Engineers have developed a spider robot with specially designed suction pads for scaling walls and rough surfaces.
Engineers with Zhejiang University have revealed a new spider robot that could one day be climbing the tallest buildings thanks to a new gravity-defying ability. Writing in Physics of Fluids, the researchers wrote that they have developed a suction unit applied to the suckers on the end of the robot’s leg, which gives it substantially better grip than previous robots.
Traditional methods of vacuum suction and other similar devices cannot maintain suction on rough surfaces due to vacuum leakage, resulting in the robot falling off the surface.
However, this new zero-pressure difference (ZPD) method overcomes that challenge by using a high-speed rotating water ring between the surface and suction cup to maintain the vacuum.
“There are many applications of our design, but we think the wall-climbing robot will be the most useful,” said researcher Xin Li. “Compared to other wall-climbing robots, the robot with our ZPD-based suction unit achieves surprising improvement in performance.”
The centrifugal force of the rotating water eliminates the pressure difference at the boundary of the vacuum zone to prevent vacuum leakage. Importantly, the ZPD method is energy efficient and both smaller and lighter than traditional suction units. The researchers tested their unit with three different suction sizes and applications: on a robotic arm to grip and handle objects, on a hexapod wall-climbing robot, and as a ‘Spider-Man-like’ wall-climbing device.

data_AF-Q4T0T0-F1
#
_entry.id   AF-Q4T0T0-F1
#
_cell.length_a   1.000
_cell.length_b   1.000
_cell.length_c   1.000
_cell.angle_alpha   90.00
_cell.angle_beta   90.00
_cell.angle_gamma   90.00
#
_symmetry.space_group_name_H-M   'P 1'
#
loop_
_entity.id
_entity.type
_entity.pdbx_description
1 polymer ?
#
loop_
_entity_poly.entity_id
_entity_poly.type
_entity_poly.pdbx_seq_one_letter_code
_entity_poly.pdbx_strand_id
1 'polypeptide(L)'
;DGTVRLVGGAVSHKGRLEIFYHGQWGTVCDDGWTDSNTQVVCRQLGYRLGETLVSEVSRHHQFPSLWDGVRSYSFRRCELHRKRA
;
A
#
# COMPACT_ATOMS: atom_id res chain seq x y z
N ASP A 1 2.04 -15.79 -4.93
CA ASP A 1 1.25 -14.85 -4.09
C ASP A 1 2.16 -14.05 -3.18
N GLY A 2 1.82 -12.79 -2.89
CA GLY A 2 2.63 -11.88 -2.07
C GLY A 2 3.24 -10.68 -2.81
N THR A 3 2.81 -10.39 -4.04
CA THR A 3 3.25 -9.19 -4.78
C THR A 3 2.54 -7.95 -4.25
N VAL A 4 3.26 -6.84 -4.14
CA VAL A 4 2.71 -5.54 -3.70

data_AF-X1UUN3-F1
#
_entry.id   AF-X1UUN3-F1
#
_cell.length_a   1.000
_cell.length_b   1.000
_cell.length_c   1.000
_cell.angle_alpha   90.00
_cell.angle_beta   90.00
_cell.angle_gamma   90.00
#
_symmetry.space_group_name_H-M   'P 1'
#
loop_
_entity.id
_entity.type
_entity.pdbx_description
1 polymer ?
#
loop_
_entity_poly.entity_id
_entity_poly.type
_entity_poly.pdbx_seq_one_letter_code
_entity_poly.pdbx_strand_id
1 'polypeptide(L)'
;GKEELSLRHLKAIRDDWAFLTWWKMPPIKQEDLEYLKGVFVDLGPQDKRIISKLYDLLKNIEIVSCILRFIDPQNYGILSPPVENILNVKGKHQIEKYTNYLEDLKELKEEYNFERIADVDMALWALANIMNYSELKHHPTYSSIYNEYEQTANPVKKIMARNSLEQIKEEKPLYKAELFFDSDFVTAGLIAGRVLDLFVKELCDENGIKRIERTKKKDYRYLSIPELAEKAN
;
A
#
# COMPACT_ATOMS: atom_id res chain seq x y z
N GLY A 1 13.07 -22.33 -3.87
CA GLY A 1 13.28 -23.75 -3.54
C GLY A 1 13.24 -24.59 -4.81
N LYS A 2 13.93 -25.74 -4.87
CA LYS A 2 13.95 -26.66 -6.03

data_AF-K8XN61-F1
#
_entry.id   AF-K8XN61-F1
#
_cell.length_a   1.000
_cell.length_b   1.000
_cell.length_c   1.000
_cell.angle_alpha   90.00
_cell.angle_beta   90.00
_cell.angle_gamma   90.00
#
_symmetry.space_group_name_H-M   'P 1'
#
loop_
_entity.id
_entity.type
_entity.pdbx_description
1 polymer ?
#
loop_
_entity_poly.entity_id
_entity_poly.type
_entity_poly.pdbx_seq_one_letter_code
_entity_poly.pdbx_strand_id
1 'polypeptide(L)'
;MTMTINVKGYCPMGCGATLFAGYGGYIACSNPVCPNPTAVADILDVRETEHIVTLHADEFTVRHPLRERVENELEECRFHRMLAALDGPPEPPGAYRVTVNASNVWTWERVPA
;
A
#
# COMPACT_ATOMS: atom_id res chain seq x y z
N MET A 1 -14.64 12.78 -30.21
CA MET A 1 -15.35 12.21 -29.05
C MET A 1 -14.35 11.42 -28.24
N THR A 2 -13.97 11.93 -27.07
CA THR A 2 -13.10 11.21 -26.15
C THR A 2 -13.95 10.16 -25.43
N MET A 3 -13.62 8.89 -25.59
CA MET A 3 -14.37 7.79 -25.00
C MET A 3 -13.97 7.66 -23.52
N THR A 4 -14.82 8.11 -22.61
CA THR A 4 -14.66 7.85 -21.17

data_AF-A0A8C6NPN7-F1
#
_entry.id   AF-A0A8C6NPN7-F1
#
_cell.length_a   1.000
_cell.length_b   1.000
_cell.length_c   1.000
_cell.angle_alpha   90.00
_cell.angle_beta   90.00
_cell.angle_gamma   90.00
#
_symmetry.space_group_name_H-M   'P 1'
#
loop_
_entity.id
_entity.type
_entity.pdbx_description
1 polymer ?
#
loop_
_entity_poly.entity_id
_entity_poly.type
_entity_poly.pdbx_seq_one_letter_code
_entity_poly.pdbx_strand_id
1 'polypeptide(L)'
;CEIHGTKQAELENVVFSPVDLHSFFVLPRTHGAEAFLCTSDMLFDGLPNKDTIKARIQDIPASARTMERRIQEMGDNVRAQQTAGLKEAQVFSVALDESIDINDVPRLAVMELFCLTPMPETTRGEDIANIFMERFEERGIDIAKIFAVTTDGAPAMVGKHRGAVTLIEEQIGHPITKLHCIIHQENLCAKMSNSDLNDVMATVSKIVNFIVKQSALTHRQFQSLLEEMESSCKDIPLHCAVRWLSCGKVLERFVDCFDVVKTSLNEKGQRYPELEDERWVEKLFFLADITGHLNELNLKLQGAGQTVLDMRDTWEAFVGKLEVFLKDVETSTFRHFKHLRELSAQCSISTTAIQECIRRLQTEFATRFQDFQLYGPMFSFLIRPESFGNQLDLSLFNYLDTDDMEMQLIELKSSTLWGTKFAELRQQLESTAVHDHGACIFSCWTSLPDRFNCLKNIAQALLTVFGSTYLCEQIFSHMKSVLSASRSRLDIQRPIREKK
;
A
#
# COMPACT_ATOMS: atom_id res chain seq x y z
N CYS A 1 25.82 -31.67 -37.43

“The next step in this research is to cut down the water consumption. If the water consumption can be reduced, the suction unit will work for a very long time with little water so that the wall-climbing robot could carry its own water instead of being connected to a supply,” Li said.
Elsewhere in the world of robotics, researchers last month revealed an ‘invincible’ autonomous robot insect that can’t be flattened. The insect – called DEAnsect – is propelled 3cm per second by artificial muscles.
Updated 3.11pm, 21 January 2020: This article was updated to show the researchers are with Zhejiang University, not the American Institute of Physics.